A seed can be planted and with adequate water and sunlight, it will begin to grow. Given proper nourishment and care, that same small seed can steadily take shape into something as magnificent as a magnolia, eucalyptus, or willow tree. However, no one can foresee the outcome of the development of a seed. No matter how diligently the seed is watched over, there is no predetermined course for its eventual shape. All that there is to hold on to is the hope that its roots and branches will be so healthy and strong that they will be able perpetuate the divine cycle of life.
The seed of College Bound was planted in 1990. At that time, all we were trying to do was navigate through the complicated waters of the college admission process. We could have not foreseen that, from a class of seven — which met around a dining room table — that College Bound would branch off to offer Saturday School, career awareness programs, academic and college advising, summer enrichment classes, and so much more. All we did was provide the students in 1991 with the knowledge, skill set, and information that we had to offer and merely hope that our efforts would make a positive difference in their lives. Today, we have an extensive alumni base that consists of attorneys, doctors, educators, engineers, etc. because we gave them a chance to soar.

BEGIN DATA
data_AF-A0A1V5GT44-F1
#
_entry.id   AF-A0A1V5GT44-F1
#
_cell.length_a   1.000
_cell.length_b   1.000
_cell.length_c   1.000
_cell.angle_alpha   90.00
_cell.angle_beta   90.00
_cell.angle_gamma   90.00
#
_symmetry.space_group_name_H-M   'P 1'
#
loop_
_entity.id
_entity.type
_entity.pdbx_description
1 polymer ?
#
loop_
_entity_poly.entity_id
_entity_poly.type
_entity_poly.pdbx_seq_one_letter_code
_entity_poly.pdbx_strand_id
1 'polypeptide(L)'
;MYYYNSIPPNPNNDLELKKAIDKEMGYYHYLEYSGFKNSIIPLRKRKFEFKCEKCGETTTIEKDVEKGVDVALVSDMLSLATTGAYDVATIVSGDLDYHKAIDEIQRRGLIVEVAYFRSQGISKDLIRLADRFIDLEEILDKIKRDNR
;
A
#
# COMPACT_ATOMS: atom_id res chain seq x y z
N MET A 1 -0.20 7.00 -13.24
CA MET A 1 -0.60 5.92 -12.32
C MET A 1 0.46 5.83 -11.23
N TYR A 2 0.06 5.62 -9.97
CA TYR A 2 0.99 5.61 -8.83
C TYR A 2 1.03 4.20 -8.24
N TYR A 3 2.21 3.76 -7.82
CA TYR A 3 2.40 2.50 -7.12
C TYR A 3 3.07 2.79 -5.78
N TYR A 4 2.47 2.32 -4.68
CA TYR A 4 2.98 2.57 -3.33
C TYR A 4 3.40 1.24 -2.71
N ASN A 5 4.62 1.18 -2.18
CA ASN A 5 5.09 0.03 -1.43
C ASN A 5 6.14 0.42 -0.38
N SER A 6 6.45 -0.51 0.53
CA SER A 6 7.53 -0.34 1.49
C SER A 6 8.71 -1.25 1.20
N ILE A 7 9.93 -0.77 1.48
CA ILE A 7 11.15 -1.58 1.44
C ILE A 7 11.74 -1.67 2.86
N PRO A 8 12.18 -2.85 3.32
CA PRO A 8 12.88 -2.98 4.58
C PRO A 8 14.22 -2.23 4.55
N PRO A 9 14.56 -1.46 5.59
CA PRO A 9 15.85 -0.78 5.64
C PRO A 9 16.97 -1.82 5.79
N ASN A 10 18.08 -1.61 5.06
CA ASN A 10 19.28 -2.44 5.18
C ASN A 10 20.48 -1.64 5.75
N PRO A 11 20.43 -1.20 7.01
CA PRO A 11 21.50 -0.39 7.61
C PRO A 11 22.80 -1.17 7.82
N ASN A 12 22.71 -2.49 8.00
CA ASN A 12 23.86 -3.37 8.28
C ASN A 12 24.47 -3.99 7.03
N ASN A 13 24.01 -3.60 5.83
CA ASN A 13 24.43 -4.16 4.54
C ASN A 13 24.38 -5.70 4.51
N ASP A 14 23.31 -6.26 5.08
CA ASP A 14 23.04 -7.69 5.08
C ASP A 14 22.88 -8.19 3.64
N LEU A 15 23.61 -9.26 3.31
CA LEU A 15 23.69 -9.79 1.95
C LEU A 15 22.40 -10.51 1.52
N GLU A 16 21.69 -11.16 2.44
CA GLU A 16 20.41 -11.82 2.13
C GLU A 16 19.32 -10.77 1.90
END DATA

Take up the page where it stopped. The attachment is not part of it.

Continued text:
While I pride myself on having the capacity to be visionary and think outside of the current moment of time, my optimism of College Bound’s future success was fueled by a hope embodied within luminary figures such as Fannie Lou Hamer and Mary McLeod Bethune. Through many long nights of prayers, hope was the spiritual foundation that supported College Bound’s growth and ability to thrive to this point. This hope is founded within the notion that one day the world will be vastly more equal, democratic, and just. While I recognize that we are far from that goal, I look upon College Bound students today and I see opportunities, skills, and the potential to far exceed the accomplishments of their 1991 counterparts.
Indeed, our young scholars have the ability to change the course of the world and affect societal growth in unimagined ways. As they continue to evolve, I urge them to hold fast to the lessons that they have learned through their development in College Bound. Not merely their mathematic or literature assignments, but rather the lessons that have taught the importance of community service, the value of the whole rather than the individual, and the respect that must given to those whose shoulders they stand upon. It is only through these lessons that the hope of a brighter future be realized. It is only through these lessons that seeds can be planted in order to provide life for tomorrow.